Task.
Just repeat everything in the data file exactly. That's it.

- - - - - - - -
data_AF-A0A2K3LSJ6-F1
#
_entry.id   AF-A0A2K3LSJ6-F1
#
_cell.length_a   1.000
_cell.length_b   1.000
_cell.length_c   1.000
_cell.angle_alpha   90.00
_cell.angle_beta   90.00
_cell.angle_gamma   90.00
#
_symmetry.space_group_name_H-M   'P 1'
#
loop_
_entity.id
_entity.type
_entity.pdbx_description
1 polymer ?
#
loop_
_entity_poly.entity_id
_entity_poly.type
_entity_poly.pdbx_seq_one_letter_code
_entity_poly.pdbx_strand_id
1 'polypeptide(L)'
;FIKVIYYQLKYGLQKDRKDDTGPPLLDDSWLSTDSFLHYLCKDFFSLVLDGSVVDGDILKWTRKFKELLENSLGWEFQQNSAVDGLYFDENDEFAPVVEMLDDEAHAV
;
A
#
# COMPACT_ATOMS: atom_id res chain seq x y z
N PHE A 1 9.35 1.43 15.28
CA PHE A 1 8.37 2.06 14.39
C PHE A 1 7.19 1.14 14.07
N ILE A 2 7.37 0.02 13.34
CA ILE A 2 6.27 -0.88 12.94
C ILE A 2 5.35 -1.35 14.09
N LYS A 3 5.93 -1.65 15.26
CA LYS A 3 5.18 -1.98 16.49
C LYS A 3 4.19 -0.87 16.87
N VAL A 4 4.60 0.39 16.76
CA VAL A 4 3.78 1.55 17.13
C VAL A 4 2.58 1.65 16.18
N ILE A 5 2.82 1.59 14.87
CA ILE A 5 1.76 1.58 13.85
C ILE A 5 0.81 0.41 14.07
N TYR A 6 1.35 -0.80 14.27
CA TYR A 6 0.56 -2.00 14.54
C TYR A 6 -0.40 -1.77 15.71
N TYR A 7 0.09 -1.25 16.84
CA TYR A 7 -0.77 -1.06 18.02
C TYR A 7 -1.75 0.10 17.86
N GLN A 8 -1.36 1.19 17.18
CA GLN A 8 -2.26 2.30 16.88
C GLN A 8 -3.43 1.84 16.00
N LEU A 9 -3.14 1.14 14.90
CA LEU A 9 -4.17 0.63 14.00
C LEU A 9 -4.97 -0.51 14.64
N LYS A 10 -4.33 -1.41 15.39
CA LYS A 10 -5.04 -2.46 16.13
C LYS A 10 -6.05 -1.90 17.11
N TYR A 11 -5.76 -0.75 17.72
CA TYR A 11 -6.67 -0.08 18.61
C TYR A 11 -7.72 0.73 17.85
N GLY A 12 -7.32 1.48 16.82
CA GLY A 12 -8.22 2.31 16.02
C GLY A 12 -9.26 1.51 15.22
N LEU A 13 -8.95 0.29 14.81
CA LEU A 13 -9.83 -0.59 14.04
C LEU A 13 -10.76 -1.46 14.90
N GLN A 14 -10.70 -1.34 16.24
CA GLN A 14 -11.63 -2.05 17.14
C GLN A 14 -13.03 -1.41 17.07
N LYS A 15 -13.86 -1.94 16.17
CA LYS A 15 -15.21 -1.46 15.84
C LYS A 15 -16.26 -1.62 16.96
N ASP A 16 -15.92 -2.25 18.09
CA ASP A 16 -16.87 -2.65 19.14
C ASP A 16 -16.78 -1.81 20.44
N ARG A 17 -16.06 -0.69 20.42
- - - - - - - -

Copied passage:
data_AF-A0A2K3LSJ6-F1
#
_entry.id   AF-A0A2K3LSJ6-F1
#
_cell.length_a   1.000
_cell.length_b   1.000
_cell.length_c   1.000
_cell.angle_alpha   90.00
_cell.angle_beta   90.00
_cell.angle_gamma   90.00
#
_symmetry.space_group_name_H-M   'P 1'
#
loop_
_entity.id
_entity.type
_entity.pdbx_description
1 polymer ?
#
loop_
_entity_poly.entity_id
_entity_poly.type
_entity_poly.pdbx_seq_one_letter_code
_entity_poly.pdbx_strand_id
1 'polypeptide(L)'
;FIKVIYYQLKYGLQKDRKDDTGPPLLDDSWLSTDSFLHYLCKDFFSLVLDGSVVDGDILKWTRKFKELLENSLGWEFQQNSAVDGLYFDENDEFAPVVEMLDDEAHAV
;
A
#
# COMPACT_ATOMS: atom_id res chain seq x y z
N PHE A 1 9.35 1.43 15.28
CA PHE A 1 8.37 2.06 14.39
C PHE A 1 7.19 1.14 14.07
N ILE A 2 7.37 0.02 13.34
CA ILE A 2 6.27 -0.88 12.94
C ILE A 2 5.35 -1.35 14.09
N LYS A 3 5.93 -1.65 15.26
CA LYS A 3 5.18 -1.98 16.49
C LYS A 3 4.19 -0.87 16.87
N VAL A 4 4.60 0.39 16.76
CA VAL A 4 3.78 1.55 17.13
C VAL A 4 2.58 1.65 16.18
N ILE A 5 2.82 1.59 14.87
CA ILE A 5 1.76 1.58 13.85
C ILE A 5 0.81 0.41 14.07
N TYR A 6 1.35 -0.80 14.27
CA TYR A 6 0.56 -2.00 14.54
C TYR A 6 -0.40 -1.77 15.71
N TYR A 7 0.09 -1.25 16.84
CA TYR A 7 -0.77 -1.06 18.02
C TYR A 7 -1.75 0.10 17.86
N GLN A 8 -1.36 1.19 17.18
CA GLN A 8 -2.26 2.30 16.88
C GLN A 8 -3.43 1.84 16.00
N LEU A 9 -3.14 1.14 14.90
CA LEU A 9 -4.17 0.63 14.00
C LEU A 9 -4.97 -0.51 14.64
N LYS A 10 -4.33 -1.41 15.39
CA LYS A 10 -5.04 -2.46 16.13
C LYS A 10 -6.05 -1.90 17.11
N TYR A 11 -5.76 -0.75 17.72
CA TYR A 11 -6.67 -0.08 18.61
C TYR A 11 -7.72 0.73 17.85
N GLY A 12 -7.32 1.48 16.82
CA GLY A 12 -8.22 2.31 16.02
C GLY A 12 -9.26 1.51 15.22
N LEU A 13 -8.95 0.29 14.81
CA LEU A 13 -9.83 -0.59 14.04
C LEU A 13 -10.76 -1.46 14.90
N GLN A 14 -10.70 -1.34 16.24
CA GLN A 14 -11.63 -2.05 17.14
C GLN A 14 -13.03 -1.41 17.07
N LYS A 15 -13.86 -1.94 16.17
CA LYS A 15 -15.21 -1.46 15.84
C LYS A 15 -16.26 -1.62 16.96
N ASP A 16 -15.92 -2.25 18.09
CA ASP A 16 -16.87 -2.65 19.14
C ASP A 16 -16.78 -1.81 20.44
N ARG A 17 -16.06 -0.69 20.42